328 pp., 6.125 x 9.25
Paperback ISBN: 978-1-4696-4852-1
Published: March 2019
Hardcover ISBN: 978-1-4696-4851-4
Published: March 2019
eBook ISBN: 978-1-4696-4853-8
Published: February 2019
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This is the first comprehensive study of the surprisingly diverse ways that psychotherapists have related to Buddhist traditions. Through extensive fieldwork and in-depth interviews with clinicians, many of whom have been formative to the therapeutic use of Buddhist practices, Helderman gives voice to the psychotherapists themselves. He focuses on how they understand key categories such as religion and science. Some are invested in maintaining a hard border between religion and psychotherapy as a biomedical discipline. Others speak of a religious-secular binary that they mean to disrupt. Helderman finds that psychotherapists’ approaches to Buddhist traditions are molded by how they define what is and is not religious, demonstrating how central these concepts are in contemporary American culture.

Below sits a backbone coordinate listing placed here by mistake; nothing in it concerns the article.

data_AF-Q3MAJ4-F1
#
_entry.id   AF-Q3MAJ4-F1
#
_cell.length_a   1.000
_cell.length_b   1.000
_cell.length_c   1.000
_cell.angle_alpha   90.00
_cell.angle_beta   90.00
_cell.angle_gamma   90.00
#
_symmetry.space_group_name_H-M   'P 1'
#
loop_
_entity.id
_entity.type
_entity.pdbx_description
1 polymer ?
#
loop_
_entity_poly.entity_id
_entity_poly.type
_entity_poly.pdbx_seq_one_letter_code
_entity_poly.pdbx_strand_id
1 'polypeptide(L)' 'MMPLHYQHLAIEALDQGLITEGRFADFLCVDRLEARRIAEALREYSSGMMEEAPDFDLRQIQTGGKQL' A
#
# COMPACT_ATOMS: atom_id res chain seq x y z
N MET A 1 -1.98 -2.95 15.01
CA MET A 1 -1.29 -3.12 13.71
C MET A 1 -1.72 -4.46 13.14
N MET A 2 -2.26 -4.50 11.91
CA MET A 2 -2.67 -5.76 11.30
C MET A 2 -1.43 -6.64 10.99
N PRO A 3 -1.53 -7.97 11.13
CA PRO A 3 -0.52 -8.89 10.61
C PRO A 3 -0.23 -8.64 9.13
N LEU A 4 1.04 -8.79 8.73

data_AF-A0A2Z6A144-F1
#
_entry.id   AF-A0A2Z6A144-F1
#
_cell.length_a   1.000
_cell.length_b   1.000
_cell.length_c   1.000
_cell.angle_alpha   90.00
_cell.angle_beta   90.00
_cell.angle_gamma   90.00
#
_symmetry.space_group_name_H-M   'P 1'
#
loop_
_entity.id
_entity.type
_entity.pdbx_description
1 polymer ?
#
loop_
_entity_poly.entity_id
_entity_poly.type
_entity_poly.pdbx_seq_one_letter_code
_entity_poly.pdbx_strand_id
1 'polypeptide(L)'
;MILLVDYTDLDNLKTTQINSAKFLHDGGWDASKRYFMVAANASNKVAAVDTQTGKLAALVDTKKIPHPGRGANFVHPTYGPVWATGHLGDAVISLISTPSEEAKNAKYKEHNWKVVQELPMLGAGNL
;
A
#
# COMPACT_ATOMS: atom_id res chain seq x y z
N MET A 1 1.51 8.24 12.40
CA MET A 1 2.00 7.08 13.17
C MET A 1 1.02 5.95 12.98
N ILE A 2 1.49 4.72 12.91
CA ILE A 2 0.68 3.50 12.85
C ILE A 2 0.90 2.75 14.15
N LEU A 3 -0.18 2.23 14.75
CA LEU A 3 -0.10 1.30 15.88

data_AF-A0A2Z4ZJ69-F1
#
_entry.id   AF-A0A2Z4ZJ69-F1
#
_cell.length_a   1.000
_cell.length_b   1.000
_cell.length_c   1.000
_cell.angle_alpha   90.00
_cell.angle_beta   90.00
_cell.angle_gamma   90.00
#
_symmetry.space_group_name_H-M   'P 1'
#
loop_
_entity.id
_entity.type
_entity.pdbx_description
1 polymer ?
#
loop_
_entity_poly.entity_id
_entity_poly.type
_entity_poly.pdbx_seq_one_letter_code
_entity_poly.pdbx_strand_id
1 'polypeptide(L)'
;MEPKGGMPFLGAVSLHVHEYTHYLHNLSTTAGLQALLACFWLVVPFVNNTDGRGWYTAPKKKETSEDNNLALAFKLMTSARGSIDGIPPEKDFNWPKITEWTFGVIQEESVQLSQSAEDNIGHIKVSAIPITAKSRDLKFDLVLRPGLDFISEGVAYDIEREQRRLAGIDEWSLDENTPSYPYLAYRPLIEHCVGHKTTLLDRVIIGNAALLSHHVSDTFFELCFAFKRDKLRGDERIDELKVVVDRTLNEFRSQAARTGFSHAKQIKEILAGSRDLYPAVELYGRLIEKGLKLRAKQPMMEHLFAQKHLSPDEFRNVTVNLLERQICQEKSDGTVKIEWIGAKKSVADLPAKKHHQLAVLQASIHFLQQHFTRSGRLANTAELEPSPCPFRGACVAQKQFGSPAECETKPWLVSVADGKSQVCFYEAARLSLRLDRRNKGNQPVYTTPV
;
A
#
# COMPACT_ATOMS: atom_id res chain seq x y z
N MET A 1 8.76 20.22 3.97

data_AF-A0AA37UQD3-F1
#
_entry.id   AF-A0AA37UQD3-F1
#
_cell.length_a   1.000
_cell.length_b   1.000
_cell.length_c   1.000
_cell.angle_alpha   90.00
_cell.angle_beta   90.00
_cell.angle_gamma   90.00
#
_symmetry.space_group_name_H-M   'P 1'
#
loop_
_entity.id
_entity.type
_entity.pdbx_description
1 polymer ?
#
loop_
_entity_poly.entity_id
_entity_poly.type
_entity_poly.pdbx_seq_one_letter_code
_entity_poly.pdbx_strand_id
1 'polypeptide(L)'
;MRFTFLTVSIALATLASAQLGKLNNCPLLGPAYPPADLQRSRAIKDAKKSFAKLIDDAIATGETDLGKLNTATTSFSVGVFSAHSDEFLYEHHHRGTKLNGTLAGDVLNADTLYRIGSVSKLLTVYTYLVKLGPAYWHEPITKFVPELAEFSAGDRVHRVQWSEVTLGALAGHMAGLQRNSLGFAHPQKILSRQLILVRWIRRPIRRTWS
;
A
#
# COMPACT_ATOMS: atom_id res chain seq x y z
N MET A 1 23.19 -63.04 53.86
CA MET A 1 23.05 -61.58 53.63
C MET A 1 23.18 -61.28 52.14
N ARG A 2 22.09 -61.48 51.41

About the Author
Ira Helderman, a psychotherapist in private practice, holds a Ph.D. in religious studies and is an adjunct assistant professor in the Department of Human Development Counseling at Vanderbilt University.
For more information about Ira Helderman, visit the Author Page.
“A valuable contribution to understanding both psychotherapy and Buddhism in America. It should be read by scholars in these fields as well as by anyone who wants a ground-up perspective on how people interpret what counts as ‘religion’ and what difference this makes for how they present themselves and interact with others.”--Journal of the American Academy of Religion
“An important, insightful, and timely contribution to understanding the ways that Buddhist practices have been adapted and transformed by the therapeutic community.”—Robert H. Sharf, University of California, Berkeley
“Bringing stories and tales from the field into his vivid book, Helderman intriguingly shows how psychotherapists have understood and incorporated aspects of Buddhism into their practices. Prescribing the Dharma will appeal to a wide range of readers both within and outside the academy.”—Wendy Cadge, Brandeis University
“Prescribing the Dharma may well go down as a classic in the field—Helderman has produced a work that provides a foundation, a conceptual frame, and sweeping coverage of how contemporary therapists have developed varying strategies for engaging Buddhism. I have been looking for such a book, and here it is.”—William B. Parsons, Rice University